Like Ehrlich, another powerful architect is that the late Stephen Kanner, that made a varied collection of residential jobs around LA.. This house is austere and closed-off at front. But in back…

Kanner Architects – CLOSED

… an L-shaped plan embraces a large terrace. A great deal of glass allow interior views toward this distance as well as the hills and ravine beyond.

Kanner Architects – CLOSED

Additionally by Kanner, but rather different, is that this office/guesthouse adjacent to a larger residence. The sculptural house responds gracefully to the topography by following its ups and downs.

Kanner Architects – CLOSED

The landscape also closely follows the slopes. Here the steps look like they had been carved out of the stone. The framed view in the wall at the center of this photograph is a nice touch.

David Churchill – Architectural Photographer

This house is located in Sullivan Canyon close ranch-style homes from the 1920s-’50s. Architect Susan Minter broke the house to separate volumes clad in different ways, in effect breaking the scale down of the house. In the front the house is, unsurprisingly, quite closed off.

David Churchill – Architectural Photographer

Yet at the rear, the house at Sullivan Canyon opens itself up to a little yard generated through the L-shaped plan.

Robert Granoff

I am not sure what’s more intriguing in this house, the interlocking volumes (four or three, depending on how one counts them) or the grass paving for your driveway. The first attempts to break down the scale of this three-story house, although the latter allows water to drain into the ground as opposed to into the road and sewer. Back in L.A., where water is scarce and getting more and more of a problem every day, tactics such as these are modest but significant.

Dean Nota Architect

This house on a corner lot articulates a fairly straightforward box with different materials (timber, CMU, metal) along with a cantilever over the driveway. The past, with its wraparound clerestory window and awning window under it, looks like a face looking over the road.

LEANARCH Inc..

This previous house provides a segue to another ideabook with coastal L.A. homes. Located in Manhattan Beachthis three-story speculative house opens itself on the second and third floors toward the Pacific Ocean. Nonetheless, the design is very urban, reacting to its immediate context through its massing and materials.

More regional modern structure:
Chicago | Boston | Austin | NYC | New York Metro | Oregon | Seattle | No. California | San Francisco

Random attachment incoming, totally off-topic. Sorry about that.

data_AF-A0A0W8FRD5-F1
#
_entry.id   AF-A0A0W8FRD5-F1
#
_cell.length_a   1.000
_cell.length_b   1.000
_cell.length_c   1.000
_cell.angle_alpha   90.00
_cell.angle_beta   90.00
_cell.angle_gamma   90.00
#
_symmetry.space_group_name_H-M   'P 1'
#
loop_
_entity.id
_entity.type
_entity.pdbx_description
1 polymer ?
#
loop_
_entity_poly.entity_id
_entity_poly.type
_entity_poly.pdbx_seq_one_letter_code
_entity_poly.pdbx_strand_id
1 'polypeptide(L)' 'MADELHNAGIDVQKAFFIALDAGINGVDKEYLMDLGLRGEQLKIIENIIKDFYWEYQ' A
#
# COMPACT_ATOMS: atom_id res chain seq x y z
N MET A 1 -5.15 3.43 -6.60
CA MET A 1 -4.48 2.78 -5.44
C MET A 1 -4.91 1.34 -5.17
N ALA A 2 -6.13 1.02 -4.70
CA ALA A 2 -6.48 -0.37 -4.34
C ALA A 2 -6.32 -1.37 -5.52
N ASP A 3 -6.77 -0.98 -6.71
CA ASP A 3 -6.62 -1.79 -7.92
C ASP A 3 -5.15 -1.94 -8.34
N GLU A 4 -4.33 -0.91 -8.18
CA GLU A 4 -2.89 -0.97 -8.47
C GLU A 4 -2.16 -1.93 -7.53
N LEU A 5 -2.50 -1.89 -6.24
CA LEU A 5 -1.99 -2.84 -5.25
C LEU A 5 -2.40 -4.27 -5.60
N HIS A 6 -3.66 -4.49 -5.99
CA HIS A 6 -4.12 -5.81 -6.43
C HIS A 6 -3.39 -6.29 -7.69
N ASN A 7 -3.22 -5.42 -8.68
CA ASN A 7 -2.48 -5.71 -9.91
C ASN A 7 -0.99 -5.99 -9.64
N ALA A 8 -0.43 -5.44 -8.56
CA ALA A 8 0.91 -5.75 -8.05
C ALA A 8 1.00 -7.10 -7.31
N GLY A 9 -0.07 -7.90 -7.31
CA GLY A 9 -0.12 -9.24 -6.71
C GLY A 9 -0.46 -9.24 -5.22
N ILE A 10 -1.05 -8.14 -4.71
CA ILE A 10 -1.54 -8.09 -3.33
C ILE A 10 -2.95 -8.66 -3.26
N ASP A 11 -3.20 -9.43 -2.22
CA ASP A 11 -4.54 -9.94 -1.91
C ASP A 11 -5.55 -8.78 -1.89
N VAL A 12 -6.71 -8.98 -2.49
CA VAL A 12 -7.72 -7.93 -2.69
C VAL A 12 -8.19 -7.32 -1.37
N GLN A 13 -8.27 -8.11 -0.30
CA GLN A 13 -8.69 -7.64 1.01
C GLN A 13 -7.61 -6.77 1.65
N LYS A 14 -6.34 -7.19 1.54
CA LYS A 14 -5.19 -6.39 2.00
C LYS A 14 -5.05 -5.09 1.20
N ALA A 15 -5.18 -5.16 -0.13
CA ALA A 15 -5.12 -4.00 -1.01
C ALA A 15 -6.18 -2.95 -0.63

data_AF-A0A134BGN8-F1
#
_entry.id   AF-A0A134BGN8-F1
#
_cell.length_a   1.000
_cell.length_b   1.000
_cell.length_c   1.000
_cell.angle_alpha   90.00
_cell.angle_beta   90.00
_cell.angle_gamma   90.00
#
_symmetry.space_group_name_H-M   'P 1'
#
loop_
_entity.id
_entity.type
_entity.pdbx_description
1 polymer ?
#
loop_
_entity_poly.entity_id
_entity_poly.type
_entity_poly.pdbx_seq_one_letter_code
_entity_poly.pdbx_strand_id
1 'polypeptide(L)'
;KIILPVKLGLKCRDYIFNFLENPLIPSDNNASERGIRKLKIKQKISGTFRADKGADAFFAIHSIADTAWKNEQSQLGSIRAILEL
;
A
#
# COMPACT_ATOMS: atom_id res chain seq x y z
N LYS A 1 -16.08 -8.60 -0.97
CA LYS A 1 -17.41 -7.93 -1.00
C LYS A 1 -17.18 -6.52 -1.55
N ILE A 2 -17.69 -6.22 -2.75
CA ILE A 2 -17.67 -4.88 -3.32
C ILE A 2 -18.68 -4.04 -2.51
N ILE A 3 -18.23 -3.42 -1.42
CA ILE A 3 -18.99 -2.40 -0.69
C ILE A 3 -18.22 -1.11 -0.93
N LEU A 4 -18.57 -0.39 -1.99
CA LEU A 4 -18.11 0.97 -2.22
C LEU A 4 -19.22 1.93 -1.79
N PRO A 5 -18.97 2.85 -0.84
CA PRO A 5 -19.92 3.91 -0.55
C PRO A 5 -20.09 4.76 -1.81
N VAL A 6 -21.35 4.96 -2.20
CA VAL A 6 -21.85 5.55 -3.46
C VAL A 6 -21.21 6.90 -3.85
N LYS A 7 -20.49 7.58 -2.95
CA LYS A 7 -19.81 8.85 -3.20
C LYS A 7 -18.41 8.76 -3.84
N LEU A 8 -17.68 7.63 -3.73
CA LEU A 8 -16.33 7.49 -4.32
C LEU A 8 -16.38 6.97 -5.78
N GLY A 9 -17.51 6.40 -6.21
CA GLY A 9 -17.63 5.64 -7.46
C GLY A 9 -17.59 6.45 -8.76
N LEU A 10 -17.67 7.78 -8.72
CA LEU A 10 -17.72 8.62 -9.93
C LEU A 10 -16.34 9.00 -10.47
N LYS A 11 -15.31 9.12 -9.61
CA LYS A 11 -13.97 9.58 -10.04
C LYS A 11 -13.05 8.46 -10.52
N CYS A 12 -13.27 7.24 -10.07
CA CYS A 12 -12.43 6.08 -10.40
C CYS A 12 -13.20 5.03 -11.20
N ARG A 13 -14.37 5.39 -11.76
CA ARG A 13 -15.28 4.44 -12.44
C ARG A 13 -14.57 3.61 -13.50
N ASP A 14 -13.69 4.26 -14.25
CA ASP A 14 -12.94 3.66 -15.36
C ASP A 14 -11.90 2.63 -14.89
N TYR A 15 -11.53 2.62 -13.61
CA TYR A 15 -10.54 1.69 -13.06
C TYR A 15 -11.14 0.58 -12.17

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Bask in the Glow of a Copper Fireplace

When you consider aluminum, a humble penny often springs to mind. But copper en masse — shiny and metallic or using a warm patina — is anything but modest.

Copper fireplace surrounds, by way of example, control attention as strong surfaces, yet fit in to any style of decor due to their natural, earthy characteristics. Copper’s malleable qualities allow it to be cut into panels, hammered, wrapped or riveted — the possibilities are nearly endless. In any chosen form, its beauty is flawless and timeless.

Four Corners Construction, L.P.

Against a creamy white canvas, the patina of the copper fireplace becomes a gorgeous architectural focus within this contemporary home.

SFGIRLBYBAY

As well as this hearty wood dining table, the warm metallic hue of this aluminum fireplace heats a cozy dining room. Its reflective quality also adds touch of polish without being too dainty.

Dunlap Design Group

Copper plates include a subtle graphic quality to this darkened living room. Its brick coating pattern harmonizes nicely with different shapes found from the built-in bookcases and striped accent seats.

Feldman Architecture, Inc..

Rusted iron takes on a copper look and provides industrial chic to a contemporary area. The elemental mixture of concrete, wood and metal is a feast for both the tactile and visual sensations.

LDa Architecture & Interiors

The penny-shine of the fireplace surround is just as eye catching as the wonderful exterior view. Its warm hue helps fortify the area’s cozy atmosphere.

Cynthia Prizant – Prizant Design

In case a copper fireplace surround is not an option for you, this wavy metal wall artwork provides a similar impact.

Grandin Road

Outdoor Copper Fire Pit – $299.99

Take your want for flame outdoors with a lava pit pit. This mobile beauty allows you set the mood wherever you choose.

More: A Periodic Table of Design Elements
15 Strategies to Design With Copper
Make Your Fireplace the Focal Point